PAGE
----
October 22, 2007
CATHERINE WELLINGTON, PLAINTIFF-RESPONDENT,
FREDERICK DECESARE AND LISA CLARK, DEFENDANTS-APPELLANTS.
On appeal from Superior Court of New Jersey, Chancery Division-Family Part, Union County, Docket No. FD-20-377-06.
NOT FOR PUBLICATION WITHOUT THE APPROVAL OF THE APPELLATE DIVISION
Argued October 9, 2007
Before Judges Lintner, Parrillo, and Sabatino.
This matter is before us on leave granted defendants Frederick Bruce DeCesare and Lisa Clark to appeal from a December 12, 2006 order of the Family Part denying defendants' motion for dismissal of the complaint of plaintiff Catherine Wellington for grandparent visitation pursuant to N.J.S.A. 9:2-7.1, and granting plaintiff's motion to have her expert perform an evaluation of the two grandchildren, A.D. and E.D., with optional expert evaluations by defendants. Upon further consideration following briefing and argument of the parties and full review of the record, we conclude that interlocutory appellate review of the Family Part's December 12, 2006 order is not appropriate, and consequently, that our order of March 12, 2007 granting such review was improvidently entered. See R. 2:5-6; S.N. Golden Estates, Inc. v. Cont'l Cas. Co., 317 N.J. Super. 82, 89-92 (App. Div. 1998). We discern no interest of justice to be served by piecemeal adjudication of the central issue of grandparent visitation in this case. See R. 2:2-4; CPC Int'l, Inc. v. Hartford Accident & Indem. Co., 316 N.J. Super. 351, 365 (App. Div. 1998), certif. denied, 158 N.J. 73, certif. denied, 158 N.J. 74 (1999). In our view, the interests of justice will better be served by an expedited and "'uninterrupted proceeding at the trial level with a single and complete review'" if necessary. See S.N. Golden Estates, supra, 317 N.J. Super. at 88 (quoting State v. Reldan, 100 N.J. 187, 205 (1985)).
In such a fact-sensitive, conflicted and dynamically evolving matter as this, determining the issue of grandparent visitation should be deferred until these factual disputes have been adjudicated by the trial court. Indeed, judicial review in this matter will benefit from a complete record. In this regard, the parties should be afforded the opportunity to conduct discovery in view of the nature and complexity of the ultimate issue presented. As to the immediate issue of expert evaluation, the trial judge should consider whether any material facts that may have arisen since the December 12, 2006 order obviates or enhances the need for such discovery, and whether a preliminary assessment by a court-appointed expert may be warranted before allowance of child interviews or evaluations conducted by experts retained by the parties. As to the latter, we perceive no irreparable harm from such interim relief to warrant our interference, by way of interlocutory review, in the trial process. See Pressler, Current N.J. Court Rules, comment 2.3.2 on R. 2:2-3 (2008).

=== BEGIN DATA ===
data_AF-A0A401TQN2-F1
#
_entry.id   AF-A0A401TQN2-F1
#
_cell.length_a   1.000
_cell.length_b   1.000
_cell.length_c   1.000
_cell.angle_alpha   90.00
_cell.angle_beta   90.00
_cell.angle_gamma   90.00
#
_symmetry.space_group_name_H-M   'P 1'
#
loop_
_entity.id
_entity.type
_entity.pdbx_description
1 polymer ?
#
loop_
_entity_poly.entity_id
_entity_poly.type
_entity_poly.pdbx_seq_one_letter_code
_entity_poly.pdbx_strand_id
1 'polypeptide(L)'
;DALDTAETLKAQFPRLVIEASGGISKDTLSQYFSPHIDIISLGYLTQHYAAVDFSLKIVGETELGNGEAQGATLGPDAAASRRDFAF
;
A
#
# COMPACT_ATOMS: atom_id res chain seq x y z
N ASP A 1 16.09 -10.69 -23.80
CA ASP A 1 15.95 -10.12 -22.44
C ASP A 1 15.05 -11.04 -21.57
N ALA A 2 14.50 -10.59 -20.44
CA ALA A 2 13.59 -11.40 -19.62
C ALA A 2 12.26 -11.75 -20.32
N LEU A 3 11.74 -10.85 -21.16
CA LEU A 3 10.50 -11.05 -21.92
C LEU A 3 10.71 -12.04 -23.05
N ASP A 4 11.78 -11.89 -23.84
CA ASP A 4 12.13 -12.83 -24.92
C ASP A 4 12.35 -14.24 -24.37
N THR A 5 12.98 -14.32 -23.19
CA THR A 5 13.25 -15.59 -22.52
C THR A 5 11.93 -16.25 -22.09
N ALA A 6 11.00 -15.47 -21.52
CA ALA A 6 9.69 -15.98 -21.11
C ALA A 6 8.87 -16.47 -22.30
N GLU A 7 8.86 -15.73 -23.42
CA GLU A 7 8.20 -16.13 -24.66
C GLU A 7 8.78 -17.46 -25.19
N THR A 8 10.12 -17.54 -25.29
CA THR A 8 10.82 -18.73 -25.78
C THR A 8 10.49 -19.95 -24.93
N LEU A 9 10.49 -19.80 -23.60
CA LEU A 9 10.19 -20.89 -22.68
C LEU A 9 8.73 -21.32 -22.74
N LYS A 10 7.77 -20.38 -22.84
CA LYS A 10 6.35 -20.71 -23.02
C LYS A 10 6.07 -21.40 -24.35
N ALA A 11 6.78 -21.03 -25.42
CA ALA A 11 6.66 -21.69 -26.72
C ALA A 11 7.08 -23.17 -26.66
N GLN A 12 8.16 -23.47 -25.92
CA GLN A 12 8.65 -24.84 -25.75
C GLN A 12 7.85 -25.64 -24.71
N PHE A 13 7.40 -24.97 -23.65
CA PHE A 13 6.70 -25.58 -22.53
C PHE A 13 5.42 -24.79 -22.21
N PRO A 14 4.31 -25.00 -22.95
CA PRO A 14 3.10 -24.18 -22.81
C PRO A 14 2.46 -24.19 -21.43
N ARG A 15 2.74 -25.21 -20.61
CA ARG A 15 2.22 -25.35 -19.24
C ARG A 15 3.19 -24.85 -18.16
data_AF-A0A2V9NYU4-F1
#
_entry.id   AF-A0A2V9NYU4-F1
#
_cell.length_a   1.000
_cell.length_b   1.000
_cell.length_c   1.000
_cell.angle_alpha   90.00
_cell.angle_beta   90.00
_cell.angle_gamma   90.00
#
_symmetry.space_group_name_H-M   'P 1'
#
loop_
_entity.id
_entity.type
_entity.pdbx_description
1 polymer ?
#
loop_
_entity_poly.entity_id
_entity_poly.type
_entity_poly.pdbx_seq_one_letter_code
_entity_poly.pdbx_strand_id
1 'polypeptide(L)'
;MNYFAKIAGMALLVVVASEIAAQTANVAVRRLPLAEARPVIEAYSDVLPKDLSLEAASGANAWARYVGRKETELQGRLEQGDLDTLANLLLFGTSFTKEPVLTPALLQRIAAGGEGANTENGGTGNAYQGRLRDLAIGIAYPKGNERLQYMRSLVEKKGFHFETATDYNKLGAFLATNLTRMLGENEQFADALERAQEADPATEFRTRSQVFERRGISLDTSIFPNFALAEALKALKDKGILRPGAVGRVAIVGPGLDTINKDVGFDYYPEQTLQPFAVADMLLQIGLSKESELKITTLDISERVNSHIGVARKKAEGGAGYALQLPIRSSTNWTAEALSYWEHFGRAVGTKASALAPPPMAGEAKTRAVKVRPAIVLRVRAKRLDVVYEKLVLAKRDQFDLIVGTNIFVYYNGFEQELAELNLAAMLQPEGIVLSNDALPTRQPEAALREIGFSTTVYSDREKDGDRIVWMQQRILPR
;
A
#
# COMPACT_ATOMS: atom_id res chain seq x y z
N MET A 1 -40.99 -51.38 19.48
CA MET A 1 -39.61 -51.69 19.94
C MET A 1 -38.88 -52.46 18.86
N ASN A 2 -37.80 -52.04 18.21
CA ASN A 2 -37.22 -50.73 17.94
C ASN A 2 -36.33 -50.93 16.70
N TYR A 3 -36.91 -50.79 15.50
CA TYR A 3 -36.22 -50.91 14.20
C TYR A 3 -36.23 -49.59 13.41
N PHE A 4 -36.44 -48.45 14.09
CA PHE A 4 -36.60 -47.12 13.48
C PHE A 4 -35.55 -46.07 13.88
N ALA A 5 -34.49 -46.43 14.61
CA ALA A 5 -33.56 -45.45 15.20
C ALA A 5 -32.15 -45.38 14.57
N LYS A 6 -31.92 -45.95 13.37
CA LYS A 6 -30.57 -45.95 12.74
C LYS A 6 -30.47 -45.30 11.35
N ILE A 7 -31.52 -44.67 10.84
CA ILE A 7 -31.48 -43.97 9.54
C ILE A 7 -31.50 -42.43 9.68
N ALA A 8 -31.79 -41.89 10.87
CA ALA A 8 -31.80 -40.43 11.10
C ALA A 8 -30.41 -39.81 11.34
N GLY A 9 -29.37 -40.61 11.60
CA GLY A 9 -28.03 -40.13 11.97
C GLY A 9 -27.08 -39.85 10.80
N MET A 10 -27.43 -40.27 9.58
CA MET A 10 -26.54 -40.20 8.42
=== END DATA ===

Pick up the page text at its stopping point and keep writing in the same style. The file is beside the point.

We emphasize that our disposition today does not prejudice further review of the issue on appeal from a final judgment. See Pressler, supra, comment 3 on R. 2:2-2(b). To provide an adequate foundation for plenary appellate review, the trial court on remand is required to make specific findings as to, among other issues, the existence vel non of specific identifiable harm to the children as a result of the denial or severe curtailment of grandparent visitation, with or without parental supervision. Given the passage of time, the hearing is to be conducted expeditiously.
Accordingly, we vacate that part of our March 12, 2007 order granting leave to appeal as improvidently entered, dismiss the appeal from the interlocutory order of December 12, 2006, and remand the matter to the Family Part for further proceedings consistent with this opinion. We do not retain jurisdiction.
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